More than 7,000 Syrians quit camp near Jordan border

Syria’s civil war killed more than 370,000 people and displaced millions since it started with the brutal repression of anti-government protests in 2011. (File/AFP)
Updated 26 April 2019

More than 7,000 Syrians quit camp near Jordan border

  • Those who have quit the camp have moved to collective shelters in the central city of Homs or resettled in their areas of origin
  • The camp has been particularly difficult to reach due to its location on the Jordanian border and the proximity of US forces and the rebels they support

BEIRUT: More than 7,000 people have left a desperate desert camp for displaced Syrians near the Jordanian border since March, a United Nations spokesperson said Friday.
According to the UN’s humanitarian coordination office OCHA, around 36,000 people remained in the isolated Rukban camp near Al-Tanf base used by the US-led coalition fighting the Daesh group, after over 4,000 left between March and April 21.
The Syrian government and key backer Russia said in February they had opened corridors out of the camp, calling on residents to leave.
“Since March, over 7,300 people have left Rukban,” OCHA spokesman David Swanson told AFP, including some 3,000 who left after April 21.
Those who have quit the camp have moved to collective shelters in the central city of Homs or resettled in their areas of origin in the province of the same name, OCHA said Thursday.
It said Rukban residents were organizing their own transportation to the edge of a de-escalation zone established around Al-Tanf, from where they either continued in their vehicles or were transferred by private or government-provided vehicles to four collective shelters in Homs city.
The Britain-based Syrian Observatory for Human Rights says those returning to government-held parts of Homs from Rukban had struck so-called “reconciliation deals” with the Syrian government.
Conditions inside Rukban are dire, with many surviving on just one simple meal a day, often bread and olive oil or yoghurt, according to one resident.
The camp has been particularly difficult to reach due to its location on the Jordanian border and the proximity of US forces and the rebels they support.
In February, a humanitarian convoy of 133 trucks delivered food, clothes, health care items and medical supplies to the camp’s residents.
The February 6 delivery was just the second in three months.
Syria’s civil war killed more than 370,000 people and displaced millions since it started with the brutal repression of anti-government protests in 2011.


Cairo turns to Tokyo for a lesson on education

Updated 23 August 2019

Cairo turns to Tokyo for a lesson on education

  • The Japanese education system is recognized as one of the top five worldwide

CAIRO: Egypt is seeking Japan’s help to improve its education system, which has fallen to 130th place in international rankings.

The Japanese education system is recognized as one of the top five worldwide, and Cairo is hoping to apply key aspects of Japan’s approach to the Egyptian curriculum.

Education has played a major role in transforming Japan from a feudal state receiving aid following World War II to a modern economic powerhouse. 

During a visit to Japan in 2016, Egyptian President Abdel Fattah El-Sisi discussed political and economic development with Japanese officials, and was also briefed on the Japanese education system.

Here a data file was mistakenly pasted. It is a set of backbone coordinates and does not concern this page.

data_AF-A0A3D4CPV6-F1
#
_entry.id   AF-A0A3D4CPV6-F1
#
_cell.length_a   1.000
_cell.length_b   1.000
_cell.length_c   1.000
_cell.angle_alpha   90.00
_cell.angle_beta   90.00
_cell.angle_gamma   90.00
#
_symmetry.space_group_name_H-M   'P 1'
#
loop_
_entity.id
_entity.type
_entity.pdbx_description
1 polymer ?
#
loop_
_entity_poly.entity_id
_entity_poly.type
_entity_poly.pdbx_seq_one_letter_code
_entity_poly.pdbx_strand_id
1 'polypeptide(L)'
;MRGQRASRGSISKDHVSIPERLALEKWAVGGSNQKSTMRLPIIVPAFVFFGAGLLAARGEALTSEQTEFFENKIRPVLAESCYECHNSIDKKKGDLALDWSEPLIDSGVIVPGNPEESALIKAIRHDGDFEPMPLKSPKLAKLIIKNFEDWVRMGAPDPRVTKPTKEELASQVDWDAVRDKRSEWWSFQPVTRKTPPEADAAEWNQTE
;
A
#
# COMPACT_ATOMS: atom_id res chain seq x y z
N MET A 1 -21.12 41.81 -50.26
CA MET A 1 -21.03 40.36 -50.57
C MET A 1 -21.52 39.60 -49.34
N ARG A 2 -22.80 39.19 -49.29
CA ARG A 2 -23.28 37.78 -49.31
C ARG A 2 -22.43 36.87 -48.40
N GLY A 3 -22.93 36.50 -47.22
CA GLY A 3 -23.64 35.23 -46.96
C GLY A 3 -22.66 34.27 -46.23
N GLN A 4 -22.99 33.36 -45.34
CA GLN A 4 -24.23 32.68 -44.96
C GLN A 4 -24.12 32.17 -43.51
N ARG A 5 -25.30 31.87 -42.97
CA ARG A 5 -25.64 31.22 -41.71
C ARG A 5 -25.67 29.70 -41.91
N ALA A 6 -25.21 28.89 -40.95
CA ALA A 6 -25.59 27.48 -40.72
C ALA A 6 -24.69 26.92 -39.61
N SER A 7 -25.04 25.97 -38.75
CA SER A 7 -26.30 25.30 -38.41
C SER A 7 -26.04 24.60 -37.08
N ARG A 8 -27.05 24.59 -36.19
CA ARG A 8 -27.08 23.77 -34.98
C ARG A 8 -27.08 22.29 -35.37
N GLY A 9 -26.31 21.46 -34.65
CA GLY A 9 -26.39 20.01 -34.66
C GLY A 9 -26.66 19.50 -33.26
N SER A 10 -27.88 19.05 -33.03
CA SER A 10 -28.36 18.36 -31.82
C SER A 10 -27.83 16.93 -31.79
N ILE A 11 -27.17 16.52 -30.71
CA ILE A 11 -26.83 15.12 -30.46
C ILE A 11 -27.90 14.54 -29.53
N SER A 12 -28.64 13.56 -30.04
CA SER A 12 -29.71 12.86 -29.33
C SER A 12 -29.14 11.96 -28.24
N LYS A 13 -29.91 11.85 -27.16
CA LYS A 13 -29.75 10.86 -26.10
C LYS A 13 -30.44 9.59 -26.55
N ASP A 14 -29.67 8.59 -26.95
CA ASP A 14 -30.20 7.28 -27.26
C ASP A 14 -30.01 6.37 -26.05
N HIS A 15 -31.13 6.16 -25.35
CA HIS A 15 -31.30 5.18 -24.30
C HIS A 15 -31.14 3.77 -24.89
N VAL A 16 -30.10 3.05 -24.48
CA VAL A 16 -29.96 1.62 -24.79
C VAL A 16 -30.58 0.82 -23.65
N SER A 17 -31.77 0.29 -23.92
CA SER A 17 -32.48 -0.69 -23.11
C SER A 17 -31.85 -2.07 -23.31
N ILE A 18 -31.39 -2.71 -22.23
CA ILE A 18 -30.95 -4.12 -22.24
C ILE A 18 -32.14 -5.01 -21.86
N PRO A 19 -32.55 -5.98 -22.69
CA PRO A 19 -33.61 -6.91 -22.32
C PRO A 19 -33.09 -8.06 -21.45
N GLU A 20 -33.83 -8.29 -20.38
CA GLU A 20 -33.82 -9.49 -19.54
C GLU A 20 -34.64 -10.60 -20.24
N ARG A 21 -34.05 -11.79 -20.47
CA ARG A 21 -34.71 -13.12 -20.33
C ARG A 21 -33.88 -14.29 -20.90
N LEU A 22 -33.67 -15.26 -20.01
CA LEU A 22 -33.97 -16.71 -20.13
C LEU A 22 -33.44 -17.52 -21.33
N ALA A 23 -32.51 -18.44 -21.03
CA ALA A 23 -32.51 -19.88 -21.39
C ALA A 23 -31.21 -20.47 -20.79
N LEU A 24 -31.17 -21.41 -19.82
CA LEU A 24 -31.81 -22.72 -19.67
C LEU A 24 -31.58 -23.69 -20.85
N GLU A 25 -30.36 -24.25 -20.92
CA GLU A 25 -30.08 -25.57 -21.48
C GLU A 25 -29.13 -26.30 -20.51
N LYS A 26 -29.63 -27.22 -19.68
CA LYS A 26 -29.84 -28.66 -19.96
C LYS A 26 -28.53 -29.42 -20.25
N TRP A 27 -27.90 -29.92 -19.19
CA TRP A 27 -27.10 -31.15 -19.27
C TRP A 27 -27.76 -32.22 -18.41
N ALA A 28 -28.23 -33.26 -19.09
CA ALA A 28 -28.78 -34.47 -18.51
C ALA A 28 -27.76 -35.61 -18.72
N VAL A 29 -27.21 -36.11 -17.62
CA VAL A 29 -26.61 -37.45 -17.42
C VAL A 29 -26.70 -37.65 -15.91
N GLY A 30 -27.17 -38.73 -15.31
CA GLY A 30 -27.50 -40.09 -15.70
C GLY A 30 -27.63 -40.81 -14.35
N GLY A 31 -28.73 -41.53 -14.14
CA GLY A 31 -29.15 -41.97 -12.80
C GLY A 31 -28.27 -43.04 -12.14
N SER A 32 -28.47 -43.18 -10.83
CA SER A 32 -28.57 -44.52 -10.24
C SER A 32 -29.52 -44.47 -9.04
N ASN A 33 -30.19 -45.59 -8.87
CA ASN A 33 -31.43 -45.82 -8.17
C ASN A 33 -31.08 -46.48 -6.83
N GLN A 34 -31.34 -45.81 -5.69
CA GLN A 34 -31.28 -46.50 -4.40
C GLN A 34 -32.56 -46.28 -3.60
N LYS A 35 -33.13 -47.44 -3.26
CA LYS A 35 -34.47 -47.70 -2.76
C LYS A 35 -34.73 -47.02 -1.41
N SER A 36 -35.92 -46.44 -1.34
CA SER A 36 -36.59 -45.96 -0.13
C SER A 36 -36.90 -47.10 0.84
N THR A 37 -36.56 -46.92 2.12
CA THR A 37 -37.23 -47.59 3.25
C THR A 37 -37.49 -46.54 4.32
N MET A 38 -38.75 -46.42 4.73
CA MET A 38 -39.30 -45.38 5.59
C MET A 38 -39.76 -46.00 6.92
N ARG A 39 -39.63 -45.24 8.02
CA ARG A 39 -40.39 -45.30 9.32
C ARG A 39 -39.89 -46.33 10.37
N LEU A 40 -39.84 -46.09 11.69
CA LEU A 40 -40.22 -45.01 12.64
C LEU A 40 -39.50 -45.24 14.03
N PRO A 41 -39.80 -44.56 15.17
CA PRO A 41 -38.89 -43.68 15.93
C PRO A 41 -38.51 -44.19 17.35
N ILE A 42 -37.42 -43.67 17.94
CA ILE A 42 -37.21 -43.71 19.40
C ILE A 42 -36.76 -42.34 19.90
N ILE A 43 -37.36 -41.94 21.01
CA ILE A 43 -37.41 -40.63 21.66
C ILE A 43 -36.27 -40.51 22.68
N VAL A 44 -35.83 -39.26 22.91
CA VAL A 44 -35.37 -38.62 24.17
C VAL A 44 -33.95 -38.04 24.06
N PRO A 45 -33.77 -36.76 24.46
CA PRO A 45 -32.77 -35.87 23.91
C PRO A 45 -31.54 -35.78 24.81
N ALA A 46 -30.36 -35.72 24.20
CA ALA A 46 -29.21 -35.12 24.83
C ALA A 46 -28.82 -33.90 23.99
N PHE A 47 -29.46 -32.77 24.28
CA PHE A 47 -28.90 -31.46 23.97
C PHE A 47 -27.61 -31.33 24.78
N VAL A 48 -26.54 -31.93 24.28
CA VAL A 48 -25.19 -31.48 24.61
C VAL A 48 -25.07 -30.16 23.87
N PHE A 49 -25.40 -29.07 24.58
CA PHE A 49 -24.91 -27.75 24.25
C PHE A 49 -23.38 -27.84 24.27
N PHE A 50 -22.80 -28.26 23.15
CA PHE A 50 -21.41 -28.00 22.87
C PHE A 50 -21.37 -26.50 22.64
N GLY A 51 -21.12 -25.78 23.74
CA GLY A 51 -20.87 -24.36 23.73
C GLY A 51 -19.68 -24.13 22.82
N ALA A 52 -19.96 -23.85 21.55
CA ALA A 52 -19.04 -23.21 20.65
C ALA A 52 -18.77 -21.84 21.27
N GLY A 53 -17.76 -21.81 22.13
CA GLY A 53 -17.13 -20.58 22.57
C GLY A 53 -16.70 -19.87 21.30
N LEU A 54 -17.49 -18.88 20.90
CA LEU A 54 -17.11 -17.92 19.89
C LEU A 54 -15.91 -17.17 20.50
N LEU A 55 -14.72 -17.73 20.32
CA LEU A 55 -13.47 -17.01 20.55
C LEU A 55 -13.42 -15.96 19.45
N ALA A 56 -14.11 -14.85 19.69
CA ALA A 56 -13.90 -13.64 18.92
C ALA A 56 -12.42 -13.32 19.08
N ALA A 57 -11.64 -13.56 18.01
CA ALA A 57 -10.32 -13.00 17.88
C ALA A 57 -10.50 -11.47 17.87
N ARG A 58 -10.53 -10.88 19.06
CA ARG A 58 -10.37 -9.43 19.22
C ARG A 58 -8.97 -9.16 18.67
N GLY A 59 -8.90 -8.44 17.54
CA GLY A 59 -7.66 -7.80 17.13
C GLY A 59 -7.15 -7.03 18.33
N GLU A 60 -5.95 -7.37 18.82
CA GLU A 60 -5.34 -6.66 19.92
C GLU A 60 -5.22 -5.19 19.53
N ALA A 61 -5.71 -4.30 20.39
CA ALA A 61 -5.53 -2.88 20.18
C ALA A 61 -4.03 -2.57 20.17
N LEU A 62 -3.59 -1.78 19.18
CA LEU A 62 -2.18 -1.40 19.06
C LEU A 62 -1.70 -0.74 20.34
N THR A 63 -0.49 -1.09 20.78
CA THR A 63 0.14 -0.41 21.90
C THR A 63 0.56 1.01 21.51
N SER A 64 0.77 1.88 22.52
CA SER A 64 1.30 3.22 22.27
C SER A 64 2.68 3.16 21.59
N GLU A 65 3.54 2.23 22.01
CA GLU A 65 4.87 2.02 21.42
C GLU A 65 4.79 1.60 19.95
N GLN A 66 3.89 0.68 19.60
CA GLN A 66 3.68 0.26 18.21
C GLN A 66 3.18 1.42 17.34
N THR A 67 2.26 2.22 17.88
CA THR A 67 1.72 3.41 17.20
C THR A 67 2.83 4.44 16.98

The Egyptian leader visited Japanese schools and called on Japan to help Egypt introduce a similar system in its schools.  

As part of Egyptian-Japanese cooperation, Japan’s embassy established cultural cooperation as well as technical and professional education links between the two countries. Collaboration has been strengthened from kindergarten to post-university, with Japanese experts contributing in various education fields.

Japanese experts have held seminars in schools across the country, focusing on basic education. 

During one seminar, Japan highlighted the importance of enhancing education by playing games during kindergarten and primary school, encouraging children’s ability and desire to explore.  

Education expert Ola El-Hazeq told Arab News that the Japanese system focuses on developing students’ sense of collective worth and responsibility toward society. This starts with their surrounding environment by taking care of school buildings, educational equipment and school furniture, for example.

“Japanese schools are known for being clean,” El-Hazeq said. “The first thing that surprises a school visitor is finding sneakers placed neatly in a locker or on wooden shelves at the school entrance. Each sneaker has its owner’s name on it. This is a habit picked up at most primary and intermediate schools as well as in many high schools.”

Japanese students also clean their classrooms, collect leaves that have fallen in the playground and take out the garbage. In many cases, teachers join students to clean up schools and also public gardens and beaches during the summer holidays.

El-Hazeq added that neither the teachers nor the students find it beneath their dignity to carry out such chores.

The academic year in Japan continues for almost 11 months, different from most other countries, with the Japanese academic year starting on April 1 and ending on March 31 the following year.

Japan’s school days and hours are relatively longer in comparison with other countries. Usually the school day is from 8 a.m. to 4 p.m. Teachers normally work until 5 p.m. but sometimes up to 7 p.m. Holidays are shorter than in other countries. Spring and winter holidays are no longer than 10 days, and the summer holiday ranges from 40 to 45 days.